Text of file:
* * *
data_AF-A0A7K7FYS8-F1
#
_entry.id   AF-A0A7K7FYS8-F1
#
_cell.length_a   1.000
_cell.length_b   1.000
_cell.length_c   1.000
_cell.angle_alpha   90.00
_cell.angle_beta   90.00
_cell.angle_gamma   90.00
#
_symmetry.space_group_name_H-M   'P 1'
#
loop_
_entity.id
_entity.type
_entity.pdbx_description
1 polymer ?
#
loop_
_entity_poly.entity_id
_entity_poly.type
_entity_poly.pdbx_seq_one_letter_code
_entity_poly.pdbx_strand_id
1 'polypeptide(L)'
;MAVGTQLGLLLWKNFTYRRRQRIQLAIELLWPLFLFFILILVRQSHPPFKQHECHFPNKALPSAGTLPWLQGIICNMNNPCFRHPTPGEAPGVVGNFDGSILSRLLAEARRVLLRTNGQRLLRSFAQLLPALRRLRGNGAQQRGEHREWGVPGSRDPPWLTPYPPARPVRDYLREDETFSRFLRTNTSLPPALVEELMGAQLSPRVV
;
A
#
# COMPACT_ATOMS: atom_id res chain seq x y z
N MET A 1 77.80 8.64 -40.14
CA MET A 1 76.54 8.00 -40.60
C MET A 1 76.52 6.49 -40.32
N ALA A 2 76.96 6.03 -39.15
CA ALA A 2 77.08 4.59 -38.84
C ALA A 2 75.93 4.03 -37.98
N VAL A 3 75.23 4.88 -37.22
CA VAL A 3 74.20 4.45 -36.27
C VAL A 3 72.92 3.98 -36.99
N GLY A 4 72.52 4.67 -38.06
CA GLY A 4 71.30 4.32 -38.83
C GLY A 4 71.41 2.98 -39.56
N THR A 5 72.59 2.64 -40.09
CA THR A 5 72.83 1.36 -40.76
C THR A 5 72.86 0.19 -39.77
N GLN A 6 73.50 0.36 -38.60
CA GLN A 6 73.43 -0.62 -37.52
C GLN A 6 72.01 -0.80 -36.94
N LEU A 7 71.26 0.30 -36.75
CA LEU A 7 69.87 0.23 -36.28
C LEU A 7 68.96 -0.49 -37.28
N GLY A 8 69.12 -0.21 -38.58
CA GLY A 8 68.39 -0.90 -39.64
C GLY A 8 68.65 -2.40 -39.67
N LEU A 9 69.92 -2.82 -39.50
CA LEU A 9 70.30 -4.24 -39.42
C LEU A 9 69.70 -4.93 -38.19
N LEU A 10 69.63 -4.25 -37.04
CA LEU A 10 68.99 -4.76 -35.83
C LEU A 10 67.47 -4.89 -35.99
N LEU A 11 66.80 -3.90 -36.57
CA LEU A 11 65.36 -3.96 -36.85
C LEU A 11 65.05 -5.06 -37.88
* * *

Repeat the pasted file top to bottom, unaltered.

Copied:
data_AF-A0A7K7FYS8-F1
#
_entry.id   AF-A0A7K7FYS8-F1
#
_cell.length_a   1.000
_cell.length_b   1.000
_cell.length_c   1.000
_cell.angle_alpha   90.00
_cell.angle_beta   90.00
_cell.angle_gamma   90.00
#
_symmetry.space_group_name_H-M   'P 1'
#
loop_
_entity.id
_entity.type
_entity.pdbx_description
1 polymer ?
#
loop_
_entity_poly.entity_id
_entity_poly.type
_entity_poly.pdbx_seq_one_letter_code
_entity_poly.pdbx_strand_id
1 'polypeptide(L)'
;MAVGTQLGLLLWKNFTYRRRQRIQLAIELLWPLFLFFILILVRQSHPPFKQHECHFPNKALPSAGTLPWLQGIICNMNNPCFRHPTPGEAPGVVGNFDGSILSRLLAEARRVLLRTNGQRLLRSFAQLLPALRRLRGNGAQQRGEHREWGVPGSRDPPWLTPYPPARPVRDYLREDETFSRFLRTNTSLPPALVEELMGAQLSPRVV
;
A
#
# COMPACT_ATOMS: atom_id res chain seq x y z
N MET A 1 77.80 8.64 -40.14
CA MET A 1 76.54 8.00 -40.60
C MET A 1 76.52 6.49 -40.32
N ALA A 2 76.96 6.03 -39.15
CA ALA A 2 77.08 4.59 -38.84
C ALA A 2 75.93 4.03 -37.98
N VAL A 3 75.23 4.88 -37.22
CA VAL A 3 74.20 4.45 -36.27
C VAL A 3 72.92 3.98 -36.99
N GLY A 4 72.52 4.67 -38.06
CA GLY A 4 71.30 4.32 -38.83
C GLY A 4 71.41 2.98 -39.56
N THR A 5 72.59 2.64 -40.09
CA THR A 5 72.83 1.36 -40.76
C THR A 5 72.86 0.19 -39.77
N GLN A 6 73.50 0.36 -38.60
CA GLN A 6 73.43 -0.62 -37.52
C GLN A 6 72.01 -0.80 -36.94
N LEU A 7 71.26 0.30 -36.75
CA LEU A 7 69.87 0.23 -36.28
C LEU A 7 68.96 -0.49 -37.28
N GLY A 8 69.12 -0.21 -38.58
CA GLY A 8 68.39 -0.90 -39.64
C GLY A 8 68.65 -2.40 -39.67
N LEU A 9 69.92 -2.82 -39.50
CA LEU A 9 70.30 -4.24 -39.42
C LEU A 9 69.70 -4.93 -38.19
N LEU A 10 69.63 -4.25 -37.04
CA LEU A 10 68.99 -4.76 -35.83
C LEU A 10 67.47 -4.89 -35.99
N LEU A 11 66.80 -3.90 -36.57
CA LEU A 11 65.36 -3.96 -36.85
C LEU A 11 65.05 -5.06 -37.88